Microsoft Exchange 2010 Inside Out heads for another printing

O’Reilly Media, who look after printing activities for Microsoft Press, contacted me yesterday to give the good news that Microsoft Exchange Server 2010 Inside Out is now almost out of print. They plan to print a new run of the book early next month.

Because most things associated with the publishing process (writing and editing are the obvious exceptions) are now digital, an opportunity exists to correct any errors that crept into the book past the eagle eye of Paul Robichaux, my esteemed technical editor, or myself. O’Reilly offers readers the ability to submit errata by going to the book’s catalog page on their site. Any errata that are entered are then made available to the author (me!), who can then decide whether they are indeed mistakes or just “nice to haves”. A workflow process is available to transmit fixes made by the author to the publishing team so that updates can be made to new books.

I went through the errata last night and found the following:

Type: Language change or typo

Page: 33. Location: 4th paragraph, line 9


It can take significant time and error to recover….

should be:

It can take significant time and effort to recover…

Comment: Easy to fix, but should have been caught by the author or copy editor!

Type: Minor technical mistake

Page: 777. Location: Third point in the list


On page 777, there is a minor mistake:

“The Address Lists  tab specifies the address lists that are included in the OAB. By default, the default OAB is the only address list that is included.”

It’s not the default OAB to be the only address list but instead it is the Global Address List.

Comment: This falls into the category of “brain warp” when you are writing about something and transpose terms. Oh well, fixed now.

Type: Important language/formatting problem

Page: 152. Location: The last EMS example


In the following cmdlet, there should be a pace between -CmdletParameters and MobilePhone

Get-ManagementRole -Cmdlet Set-User -CmdletParameters MobilePhone| Get-ManagementRoleAssignment -GetEffectiveUsers -Delegating $False | Where-Object {$_. Effectiveusername -ne “All Group Members”} | Format-Table Role, RoleAssigneeName, EffectiveUserName

Comment: For whatever reason, the software that Microsoft Press used to transfer content from the Word documents that I supplied into other Word documents in the template that they use to eventually generate the PDF for publishing can make a real mess of PowerShell commands. I suspect that the same thing happens with other example commands. We had to fix a lot of problems like this where words run together during editing but this example made it all the way through.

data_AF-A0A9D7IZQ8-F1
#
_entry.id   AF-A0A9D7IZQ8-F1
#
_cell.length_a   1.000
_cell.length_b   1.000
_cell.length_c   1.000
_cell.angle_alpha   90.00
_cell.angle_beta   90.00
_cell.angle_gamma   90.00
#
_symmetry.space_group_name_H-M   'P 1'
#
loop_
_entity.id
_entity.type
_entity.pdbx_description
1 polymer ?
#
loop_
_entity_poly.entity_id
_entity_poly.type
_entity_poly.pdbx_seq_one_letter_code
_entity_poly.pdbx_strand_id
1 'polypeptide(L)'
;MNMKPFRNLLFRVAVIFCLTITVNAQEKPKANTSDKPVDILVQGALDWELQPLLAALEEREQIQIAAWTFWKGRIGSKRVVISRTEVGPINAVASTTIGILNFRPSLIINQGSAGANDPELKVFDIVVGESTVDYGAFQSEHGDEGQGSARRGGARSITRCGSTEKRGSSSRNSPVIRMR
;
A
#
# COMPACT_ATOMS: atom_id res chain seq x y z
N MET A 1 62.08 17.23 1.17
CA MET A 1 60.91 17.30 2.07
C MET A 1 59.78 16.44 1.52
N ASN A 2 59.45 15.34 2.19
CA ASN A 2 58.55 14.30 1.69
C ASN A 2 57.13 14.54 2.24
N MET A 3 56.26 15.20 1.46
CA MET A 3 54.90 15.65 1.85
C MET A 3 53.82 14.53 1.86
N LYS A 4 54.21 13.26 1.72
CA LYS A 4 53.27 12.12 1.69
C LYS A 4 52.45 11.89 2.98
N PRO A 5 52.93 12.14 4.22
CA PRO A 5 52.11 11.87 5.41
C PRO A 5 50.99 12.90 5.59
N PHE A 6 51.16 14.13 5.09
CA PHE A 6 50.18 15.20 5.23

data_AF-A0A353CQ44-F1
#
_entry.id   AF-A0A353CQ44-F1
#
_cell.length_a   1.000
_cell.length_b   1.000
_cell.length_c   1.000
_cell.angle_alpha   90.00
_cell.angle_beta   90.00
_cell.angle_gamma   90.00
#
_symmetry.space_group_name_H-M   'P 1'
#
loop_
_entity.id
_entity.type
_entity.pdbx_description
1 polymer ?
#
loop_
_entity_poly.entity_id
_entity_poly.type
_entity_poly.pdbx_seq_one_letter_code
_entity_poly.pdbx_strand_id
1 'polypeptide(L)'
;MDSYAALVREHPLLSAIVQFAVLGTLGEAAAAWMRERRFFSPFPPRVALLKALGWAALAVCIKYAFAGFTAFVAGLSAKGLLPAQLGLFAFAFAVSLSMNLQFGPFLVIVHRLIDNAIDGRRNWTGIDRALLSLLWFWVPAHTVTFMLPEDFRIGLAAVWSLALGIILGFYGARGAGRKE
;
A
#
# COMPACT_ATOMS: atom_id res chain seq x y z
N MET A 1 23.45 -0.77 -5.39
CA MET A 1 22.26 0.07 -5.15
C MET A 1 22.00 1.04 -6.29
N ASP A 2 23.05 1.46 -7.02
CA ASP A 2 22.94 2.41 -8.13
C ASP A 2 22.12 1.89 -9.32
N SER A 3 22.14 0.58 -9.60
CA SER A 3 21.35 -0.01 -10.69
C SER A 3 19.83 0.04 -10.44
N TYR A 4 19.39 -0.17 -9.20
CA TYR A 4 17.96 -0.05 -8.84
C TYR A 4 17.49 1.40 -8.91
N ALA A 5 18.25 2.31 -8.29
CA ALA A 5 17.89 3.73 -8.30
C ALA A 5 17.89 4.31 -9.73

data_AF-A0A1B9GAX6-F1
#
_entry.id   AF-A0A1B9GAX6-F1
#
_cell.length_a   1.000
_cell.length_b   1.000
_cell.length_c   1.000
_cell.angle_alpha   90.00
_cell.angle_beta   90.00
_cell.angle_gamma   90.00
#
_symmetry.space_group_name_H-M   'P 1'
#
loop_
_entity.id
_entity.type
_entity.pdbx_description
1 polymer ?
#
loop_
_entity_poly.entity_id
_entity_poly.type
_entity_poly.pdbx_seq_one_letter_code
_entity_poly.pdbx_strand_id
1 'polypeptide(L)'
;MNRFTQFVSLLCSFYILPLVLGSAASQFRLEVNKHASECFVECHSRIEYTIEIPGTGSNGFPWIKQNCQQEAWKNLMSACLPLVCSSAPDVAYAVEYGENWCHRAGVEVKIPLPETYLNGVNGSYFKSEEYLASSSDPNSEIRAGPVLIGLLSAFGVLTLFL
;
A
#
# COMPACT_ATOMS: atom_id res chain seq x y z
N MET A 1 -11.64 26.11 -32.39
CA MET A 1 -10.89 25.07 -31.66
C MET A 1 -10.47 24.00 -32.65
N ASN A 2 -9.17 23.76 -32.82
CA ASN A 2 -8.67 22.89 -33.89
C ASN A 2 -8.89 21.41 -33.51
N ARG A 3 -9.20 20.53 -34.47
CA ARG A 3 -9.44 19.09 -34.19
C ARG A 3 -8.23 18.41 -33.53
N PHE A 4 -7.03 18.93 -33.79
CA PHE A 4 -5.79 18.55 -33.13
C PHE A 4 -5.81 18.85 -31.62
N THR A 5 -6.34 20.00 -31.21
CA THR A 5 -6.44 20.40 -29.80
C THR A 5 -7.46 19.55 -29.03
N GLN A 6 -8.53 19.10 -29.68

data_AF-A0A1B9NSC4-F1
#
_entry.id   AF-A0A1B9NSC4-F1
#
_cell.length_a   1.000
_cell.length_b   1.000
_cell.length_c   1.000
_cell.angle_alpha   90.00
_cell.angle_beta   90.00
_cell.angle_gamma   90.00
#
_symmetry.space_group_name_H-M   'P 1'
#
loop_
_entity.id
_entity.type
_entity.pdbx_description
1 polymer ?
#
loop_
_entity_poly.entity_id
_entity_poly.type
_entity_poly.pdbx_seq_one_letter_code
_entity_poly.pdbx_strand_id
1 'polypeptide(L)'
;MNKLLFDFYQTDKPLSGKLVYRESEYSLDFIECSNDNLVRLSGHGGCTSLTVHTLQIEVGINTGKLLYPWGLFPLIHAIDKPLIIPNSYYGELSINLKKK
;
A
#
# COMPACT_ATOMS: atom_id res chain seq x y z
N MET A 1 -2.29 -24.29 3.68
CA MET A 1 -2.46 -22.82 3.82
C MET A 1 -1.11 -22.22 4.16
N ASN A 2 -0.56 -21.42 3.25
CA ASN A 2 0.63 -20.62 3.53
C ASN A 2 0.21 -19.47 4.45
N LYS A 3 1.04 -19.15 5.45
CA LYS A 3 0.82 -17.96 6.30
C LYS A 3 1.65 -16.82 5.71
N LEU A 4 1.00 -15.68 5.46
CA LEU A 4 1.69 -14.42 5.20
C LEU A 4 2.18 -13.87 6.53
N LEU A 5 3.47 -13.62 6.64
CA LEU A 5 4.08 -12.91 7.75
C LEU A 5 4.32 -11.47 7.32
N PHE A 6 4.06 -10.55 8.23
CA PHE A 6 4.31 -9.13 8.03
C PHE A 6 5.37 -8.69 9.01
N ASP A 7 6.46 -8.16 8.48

Type: Minor technical mistake

Page: 12. Location: 5th paragraph


If you intend to use the new Database Availability Group high availability feature, you need to run the enterprise edition of either Windows Server 2008 SP2 or R2; bear in mind that you can’t upgrade an existing Windows installation from the standard to the enterprise edition without a reinstall.

According to it is possible to upgrade from standard to enterprise edition and if I’m not completely mistaken, I’ve even done it once.

Comment: A lack of clarity on the author’s part here. I should have said that “… you can’t upgrade an existing Windows installation from the standard to the enterprise edition without running an update installation that might affect other applications.”

Another comment was made about the third bullet on page 256 where I discuss CALs and made the point that you don’t want to pay Microsoft for any more CALs than you have to. I then said that CALs are calculated on the basis of mailboxes. In fact, the word “often” should have been inserted into this sentence as people usually think of the mailboxes used by individuals as one and the same count. In other words, if you have 100 mailboxes, you probably have 100 users and therefore should have 100 CALs. In any case, I’ve updated the text.

In any case, if you have noticed something that should be fixed, please let me know by flagging the error on the book’s page on O’Reilly’s site as this will make sure that I see the problem and have a chance to inject a fix into O’Reilly’s publishing workflow. All errors have to be registered and processed by EOD on Tuesday, 28 February to be guaranteed to make it into the next print run. Sorry for the short notice… it’s what was given to me.

I did ask if it would be possible to update the book with some information about Exchange 2010 SP2 and was told “no”. Essentially it’s a case of page count and formatting. O’Reilly naturally doesn’t want to change the page count as this will impact the publishing process. And any change that forces the flow of words to move across pages can have knock-on effects on the index, table of contents, references, and so on.

Thanks for reading the book!

– Tony


About Tony Redmond

Lead author for the Office 365 for IT Pros eBook and writer about all aspects of the Office 365 ecosystem.
This entry was posted in Exchange 2010, Writing and tagged , , , . Bookmark the permalink.

1 Response to Microsoft Exchange 2010 Inside Out heads for another printing

  1. First of all I want you thank you again and say that Microsoft Exchange 2010 Inside Out is one of the most useful (“сoolest!”) book ever published about Exchange Server!

    Sorry to hear about that
    “update the book with some information about Exchange 2010 SP2 and was told “no”.”
    Am looking forward your next masterpiece and hope that will include new functionality, more hosting and integration scenarios…

    Sorry I will not buy reprinted version, I already have TWO books 🙂

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